# Forces 12.1 Pg 356-362. FORCE: A push or a pull that acts on an object Can cause a resting object to move, or it can accelerate a moving object by changing.

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Forces 12.1 Pg 356-362

FORCE: A push or a pull that acts on an object Can cause a resting object to move, or it can accelerate a moving object by changing the object’s speed or direction.

FORCE: Unit of force: Newton (N) 1 Newton is the force that causes a 1 kg mass to accelerate at a rate of 1 m/s 2 1 N = 1 kgm/s 2 kg = mass and m/s 2 = acceleration so… Force = mass x acceleration

Representing Force Example: Measuring force with a spring scale at the grocery store When the vegetables are in the basket the force pushes the basket down To represent force use an arrow in the direction of the force. Vectors can be used to represent force because force has magnitude and direction

Combining forces Forces CAN be combined (vector addition) 3 people pushing a car out of gas    Forces in the SAME direction you ADD Forces in the OPPOSITE direction you SUBTRACT NET FORCE: overall force acting on an object after all the forces are combined

Balanced forces: When the forces on an object are balanced, the net force is ZERO and there is no change in the object’s motion   0 The forces are balanced when they are equal in size and opposite in direction THINK equal push and pull

Unbalanced force When an unbalanced force acts on an object, the object accelerates THINK TUG OF WAR

FRICTION: A force that opposes the motion of objects that touch as they move past each other Friction makes Walking possible Food stay on your fork Tires on your car grip the road so the car moves forward A feather slow down as it falls There are four main types of friction: static friction, sliding friction, rolling friction, and fluid friction

Static Friction The friction force that acts on objects that are not moving Always acts in the direction opposite to the applied force Every time you take a step and push off the ground you are experiencing static friction It is not the same as static electricity!!

Sliding Friction A force that opposes the direction of motion of an object as it slides over a surface Sliding friction is less than static friction, therefore once you get something moving it is easier to keep it moving

Rolling Friction The friction force that acts on rolling objects, occurs when the floor and object are bent slightly out of shape Rolling friction is is about 100 to 1000 times less than the force of static or sliding friction Ball bearings are often used to reduce friction in machines Friction is greatly reduced because it changes sliding friction to rolling friction Think in-line skates and skate boards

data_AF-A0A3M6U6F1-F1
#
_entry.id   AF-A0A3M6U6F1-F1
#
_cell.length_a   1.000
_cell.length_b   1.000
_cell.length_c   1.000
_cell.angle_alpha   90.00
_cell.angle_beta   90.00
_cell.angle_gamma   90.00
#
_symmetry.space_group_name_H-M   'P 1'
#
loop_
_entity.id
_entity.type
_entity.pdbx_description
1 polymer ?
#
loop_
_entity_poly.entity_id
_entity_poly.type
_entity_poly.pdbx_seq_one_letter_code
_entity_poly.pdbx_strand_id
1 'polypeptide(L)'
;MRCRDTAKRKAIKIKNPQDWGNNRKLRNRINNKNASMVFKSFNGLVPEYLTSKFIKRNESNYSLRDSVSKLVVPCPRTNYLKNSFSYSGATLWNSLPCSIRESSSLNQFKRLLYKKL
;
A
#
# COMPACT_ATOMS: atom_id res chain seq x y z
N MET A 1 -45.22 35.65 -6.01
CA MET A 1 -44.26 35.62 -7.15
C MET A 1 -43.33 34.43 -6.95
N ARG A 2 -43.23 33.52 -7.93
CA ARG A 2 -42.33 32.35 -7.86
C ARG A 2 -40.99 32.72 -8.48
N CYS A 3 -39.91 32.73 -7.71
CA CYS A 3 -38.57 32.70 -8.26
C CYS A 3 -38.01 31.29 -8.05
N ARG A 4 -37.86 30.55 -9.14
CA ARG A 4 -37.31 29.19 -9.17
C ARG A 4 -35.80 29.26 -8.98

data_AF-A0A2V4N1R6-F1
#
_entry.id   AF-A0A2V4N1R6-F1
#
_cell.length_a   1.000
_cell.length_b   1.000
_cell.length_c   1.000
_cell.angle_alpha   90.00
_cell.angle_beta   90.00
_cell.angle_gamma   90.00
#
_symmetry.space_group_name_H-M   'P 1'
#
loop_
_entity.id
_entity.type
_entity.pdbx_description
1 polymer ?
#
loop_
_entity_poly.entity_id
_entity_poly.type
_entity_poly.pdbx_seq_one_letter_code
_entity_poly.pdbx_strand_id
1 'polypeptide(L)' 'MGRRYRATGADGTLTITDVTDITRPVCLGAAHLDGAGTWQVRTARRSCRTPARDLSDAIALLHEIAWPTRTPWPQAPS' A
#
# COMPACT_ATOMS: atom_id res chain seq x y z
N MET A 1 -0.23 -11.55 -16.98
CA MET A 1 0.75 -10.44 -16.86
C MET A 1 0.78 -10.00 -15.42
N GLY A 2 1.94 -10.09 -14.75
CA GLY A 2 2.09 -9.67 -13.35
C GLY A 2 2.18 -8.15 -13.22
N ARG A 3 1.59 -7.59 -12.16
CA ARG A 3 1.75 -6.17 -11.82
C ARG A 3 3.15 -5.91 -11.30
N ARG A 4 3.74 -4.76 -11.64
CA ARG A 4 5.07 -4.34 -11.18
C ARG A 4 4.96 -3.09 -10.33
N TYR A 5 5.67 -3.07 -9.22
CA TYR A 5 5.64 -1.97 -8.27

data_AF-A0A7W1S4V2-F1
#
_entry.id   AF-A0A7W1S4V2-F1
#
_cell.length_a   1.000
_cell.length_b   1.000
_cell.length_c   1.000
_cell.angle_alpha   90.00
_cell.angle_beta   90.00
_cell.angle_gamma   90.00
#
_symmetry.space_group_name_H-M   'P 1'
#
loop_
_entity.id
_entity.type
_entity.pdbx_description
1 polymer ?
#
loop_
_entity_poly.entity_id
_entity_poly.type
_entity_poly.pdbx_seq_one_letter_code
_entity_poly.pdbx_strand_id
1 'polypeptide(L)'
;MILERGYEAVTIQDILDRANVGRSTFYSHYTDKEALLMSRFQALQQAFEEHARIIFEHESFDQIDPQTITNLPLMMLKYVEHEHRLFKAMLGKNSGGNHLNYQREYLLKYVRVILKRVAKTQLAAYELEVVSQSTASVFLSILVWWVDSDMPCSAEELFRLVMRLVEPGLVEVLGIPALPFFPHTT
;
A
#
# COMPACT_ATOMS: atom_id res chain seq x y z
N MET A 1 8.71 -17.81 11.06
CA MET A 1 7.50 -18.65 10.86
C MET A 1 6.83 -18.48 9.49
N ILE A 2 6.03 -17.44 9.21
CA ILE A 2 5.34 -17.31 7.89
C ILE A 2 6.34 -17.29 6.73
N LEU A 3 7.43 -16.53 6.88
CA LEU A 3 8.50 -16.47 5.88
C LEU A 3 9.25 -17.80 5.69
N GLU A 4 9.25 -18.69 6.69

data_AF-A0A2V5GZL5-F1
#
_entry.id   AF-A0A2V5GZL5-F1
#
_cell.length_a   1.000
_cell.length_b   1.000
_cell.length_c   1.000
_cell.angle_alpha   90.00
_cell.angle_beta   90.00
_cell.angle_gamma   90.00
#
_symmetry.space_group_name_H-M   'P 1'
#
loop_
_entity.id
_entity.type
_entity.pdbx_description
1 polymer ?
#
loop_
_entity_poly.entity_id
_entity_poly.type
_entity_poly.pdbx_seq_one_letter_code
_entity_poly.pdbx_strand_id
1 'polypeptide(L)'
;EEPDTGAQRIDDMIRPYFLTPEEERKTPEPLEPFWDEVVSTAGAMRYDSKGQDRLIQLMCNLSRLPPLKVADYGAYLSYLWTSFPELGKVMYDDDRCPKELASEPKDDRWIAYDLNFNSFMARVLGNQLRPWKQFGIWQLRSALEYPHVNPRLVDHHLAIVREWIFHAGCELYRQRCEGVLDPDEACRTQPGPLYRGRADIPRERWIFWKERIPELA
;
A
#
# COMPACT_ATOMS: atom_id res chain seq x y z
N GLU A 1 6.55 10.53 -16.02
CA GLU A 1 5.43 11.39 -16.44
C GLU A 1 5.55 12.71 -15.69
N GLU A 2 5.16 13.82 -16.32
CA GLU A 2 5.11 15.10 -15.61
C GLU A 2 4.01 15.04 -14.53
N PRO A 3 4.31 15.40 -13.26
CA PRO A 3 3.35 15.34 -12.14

Fluid Friction The force that opposes motion of an object as it moves through a fluid Fluids are liquids (like water) or mixtures of gases (like air) Fluid friction increases as as the speed of the object increases Air resistance is fluid friction acting on an object moving through air

GRAVITY: Force that acts between any two masses Acts downward toward the center of Earth

Falling objects Gravity causes objects to accelerate downward, whereas air resistance acts in the direction opposite to the motion and reduces acceleration Air resistance acts in the direction OPPOSITE to the motion Gravity Air Resistance

Terminal Velocity As speed increases air resistance increases If an object falls for a long time the upward force of air resistance becomes equal to the downward force of gravity Then the object continues to fall at a constant velocity (or constant speed) Terminal velocity is the constant velocity of a falling object when the force of air resistance equals the force of gravity Gravity Air Resistance Terminal velocity of a skydiver is approximately 195 km/h (122 mph or 54 m/s)

Projectile Motion The motion of a falling object after it is given an initial forward velocity The path of a projectile is always a curve Air resistance and gravity are the only forces acting on a projectile The combination of an initial forward velocity and the downward force of gravity causes the ball to follow a curved path Both marbles fall at the same rate even if one is also moving forward

Projectiles and Speed In the diagram the marbles roll off the table and fall to the floor The marbles continue to move forward while they fall Therefore, as the marble’s velocity increases the distance away it travels will increase All marbles hit the ground at the same time no matter how fast they travel forward

Projectile Motion Problem How fast would the person have to run in order to land in the water safely (land 2m away)? Given info: Height of cliff = 9 m Distance forward = 2.5 m Gravity = 9.8 m/s 2 Find Velocity (v) and Time (t) First find time t = √2(h)t = √2(9m) t = √18m = √1.836734694s 2 = 1.4s 9.8m/s 2 9.8m/s 2 9.8m/s 2 Now find the velocity (speed) v = d v = 2.5m v = 1.8 m/s t 1.4s So the person would have to run at a velocty of 1.8 m/s in order to land at least 2.5 m away from the cliff. If not he could be seriously injured on the rocks below. 2.5m

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